I also learned a lot about Puffins. Con calls them flying footballs. Puffins are the provincial bird of Newfoundland and Labrador and they are adorable! I had waited my whole life to see one and I was not disappointed. They are hardy birds that swim better than they fly and they keep their eyes open underwater. They spend more time in the water than on land and I still find it hard to comprehend that this tiny bird survives the winter in the ocean.
Puffins beat their wings 350 times per minute to stay airborne. They mate for life and although the pair separates for the winter, they reunite at their home each and every summer. Their homes can be up to 8 feet deep and have two rooms. As they come in to feed their young, a few seagulls can attack them to try to get the capelins that they are bringing to their chicks. I learned that this small fish, the capelin really drives the economy here in Newfoundland. It feeds the whales and puffins that migrate to Newfoundland each summer.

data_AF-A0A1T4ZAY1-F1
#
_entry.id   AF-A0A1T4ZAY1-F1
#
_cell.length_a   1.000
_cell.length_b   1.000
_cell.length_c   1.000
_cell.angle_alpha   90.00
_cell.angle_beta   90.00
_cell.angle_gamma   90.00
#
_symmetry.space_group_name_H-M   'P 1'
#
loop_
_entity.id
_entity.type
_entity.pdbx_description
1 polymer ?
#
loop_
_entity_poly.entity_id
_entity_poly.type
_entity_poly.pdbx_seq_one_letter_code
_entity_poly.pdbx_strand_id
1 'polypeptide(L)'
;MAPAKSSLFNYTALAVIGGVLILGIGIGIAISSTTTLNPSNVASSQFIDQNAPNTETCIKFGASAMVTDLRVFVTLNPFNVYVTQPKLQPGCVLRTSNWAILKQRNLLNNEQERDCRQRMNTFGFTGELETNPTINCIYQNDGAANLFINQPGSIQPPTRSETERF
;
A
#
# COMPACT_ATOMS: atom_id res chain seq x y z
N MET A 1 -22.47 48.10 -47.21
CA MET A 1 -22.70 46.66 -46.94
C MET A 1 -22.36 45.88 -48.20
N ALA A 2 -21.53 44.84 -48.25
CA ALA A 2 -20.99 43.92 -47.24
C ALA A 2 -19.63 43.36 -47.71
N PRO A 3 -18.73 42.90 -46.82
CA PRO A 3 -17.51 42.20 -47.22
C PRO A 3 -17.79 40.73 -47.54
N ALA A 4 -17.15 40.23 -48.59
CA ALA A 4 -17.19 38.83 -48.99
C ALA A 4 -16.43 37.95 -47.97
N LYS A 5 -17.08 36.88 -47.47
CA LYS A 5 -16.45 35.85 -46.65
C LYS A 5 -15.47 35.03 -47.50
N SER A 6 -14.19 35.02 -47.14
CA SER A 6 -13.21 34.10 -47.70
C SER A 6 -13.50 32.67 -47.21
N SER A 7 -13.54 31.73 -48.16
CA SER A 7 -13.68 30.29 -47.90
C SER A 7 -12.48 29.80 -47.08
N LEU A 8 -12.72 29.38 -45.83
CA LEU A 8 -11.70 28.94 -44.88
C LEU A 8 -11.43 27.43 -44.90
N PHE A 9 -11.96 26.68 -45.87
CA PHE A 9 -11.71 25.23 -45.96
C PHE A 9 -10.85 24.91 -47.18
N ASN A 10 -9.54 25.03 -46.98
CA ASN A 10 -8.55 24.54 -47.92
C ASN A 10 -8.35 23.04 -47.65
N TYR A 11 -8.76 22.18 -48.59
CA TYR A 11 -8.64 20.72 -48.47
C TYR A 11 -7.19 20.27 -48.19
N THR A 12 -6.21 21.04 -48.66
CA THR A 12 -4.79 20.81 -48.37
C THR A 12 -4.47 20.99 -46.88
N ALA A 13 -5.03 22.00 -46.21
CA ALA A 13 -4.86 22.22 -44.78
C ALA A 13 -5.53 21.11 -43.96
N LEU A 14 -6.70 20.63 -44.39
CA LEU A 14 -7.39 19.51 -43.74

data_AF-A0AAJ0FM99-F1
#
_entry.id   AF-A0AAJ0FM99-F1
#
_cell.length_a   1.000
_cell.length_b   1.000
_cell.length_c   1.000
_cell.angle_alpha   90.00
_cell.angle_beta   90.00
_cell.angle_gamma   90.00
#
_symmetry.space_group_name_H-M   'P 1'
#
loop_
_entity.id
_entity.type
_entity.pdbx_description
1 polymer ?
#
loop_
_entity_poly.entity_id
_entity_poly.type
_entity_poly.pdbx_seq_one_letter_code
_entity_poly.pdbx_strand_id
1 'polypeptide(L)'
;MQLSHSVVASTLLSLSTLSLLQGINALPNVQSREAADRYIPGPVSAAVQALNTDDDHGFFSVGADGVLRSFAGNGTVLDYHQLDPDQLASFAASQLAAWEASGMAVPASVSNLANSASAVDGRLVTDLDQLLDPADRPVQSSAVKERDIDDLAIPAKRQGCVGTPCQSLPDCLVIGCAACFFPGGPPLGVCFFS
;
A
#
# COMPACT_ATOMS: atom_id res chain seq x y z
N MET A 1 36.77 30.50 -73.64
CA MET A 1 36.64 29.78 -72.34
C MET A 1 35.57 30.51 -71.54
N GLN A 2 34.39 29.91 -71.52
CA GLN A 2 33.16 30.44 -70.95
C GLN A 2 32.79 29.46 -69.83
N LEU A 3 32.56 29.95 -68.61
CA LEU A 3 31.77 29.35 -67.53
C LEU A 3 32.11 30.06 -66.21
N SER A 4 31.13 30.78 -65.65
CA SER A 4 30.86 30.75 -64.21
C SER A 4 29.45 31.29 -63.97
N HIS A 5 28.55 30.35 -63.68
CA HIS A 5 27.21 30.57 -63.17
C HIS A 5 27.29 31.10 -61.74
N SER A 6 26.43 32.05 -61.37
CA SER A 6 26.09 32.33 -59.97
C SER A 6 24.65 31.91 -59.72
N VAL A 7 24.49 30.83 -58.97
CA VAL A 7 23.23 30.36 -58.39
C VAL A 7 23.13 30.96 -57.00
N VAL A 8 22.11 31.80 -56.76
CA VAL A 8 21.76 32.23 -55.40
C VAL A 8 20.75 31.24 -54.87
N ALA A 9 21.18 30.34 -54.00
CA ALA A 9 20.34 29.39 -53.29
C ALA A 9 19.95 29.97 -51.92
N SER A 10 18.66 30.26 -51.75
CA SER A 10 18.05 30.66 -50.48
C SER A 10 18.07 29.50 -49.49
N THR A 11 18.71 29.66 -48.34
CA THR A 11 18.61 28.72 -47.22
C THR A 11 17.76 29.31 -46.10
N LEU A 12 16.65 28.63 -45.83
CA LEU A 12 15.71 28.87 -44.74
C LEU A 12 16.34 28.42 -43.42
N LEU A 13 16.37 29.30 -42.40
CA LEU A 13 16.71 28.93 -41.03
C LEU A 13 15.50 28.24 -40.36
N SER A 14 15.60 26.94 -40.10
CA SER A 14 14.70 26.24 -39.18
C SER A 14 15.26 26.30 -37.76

I was “screeched in” on the boat by Con. This is a long-held tradition in Newfoundland, to become an honorary Newfoundlander. You join the Royal Order of Screechers. You repeat a tongue twister, take a shot of Screech and kiss a cod fish. Screech is Newfoundland’s Golden Elixer, a rum with 40% alcohol. A couple of the bars have a frozen cod on hand for screeching in ceremonies. On the O’Brien boat, you repeat the tongue twister, drink the Screech, get a Sou’wester (yellow fishermen’s hat) and kiss a toy puffin. It was a much better option than kissing a cod fish, in my mind!
Another thing that’s worth mentioning is that O’Brien’s has a dining area called the Sailors Galley and I was thrilled with the quality of the food. My Pan Fried Cod with Scrunchins (small bits of fried out pork fatback) was exceptional. All the food looked delicious and the staff were friendly and helpful with my gluten-free restrictions.
In Elliston, I was hosted by the Bird Island B&B which overlooks an island filled with Common Terns, Great Black-backed Gulls, and Cormorants. They are pretty entertaining and whales were frolicking in the bay during my stay as well. Charlotte and Robin run the B&B and their daughter Raven pitches in when needed. They put on a fabulous breakfast and Charlotte is a cheerful short order cook. She was prepared with gluten-free options for me and I was delighted with the breakfast she rustled up.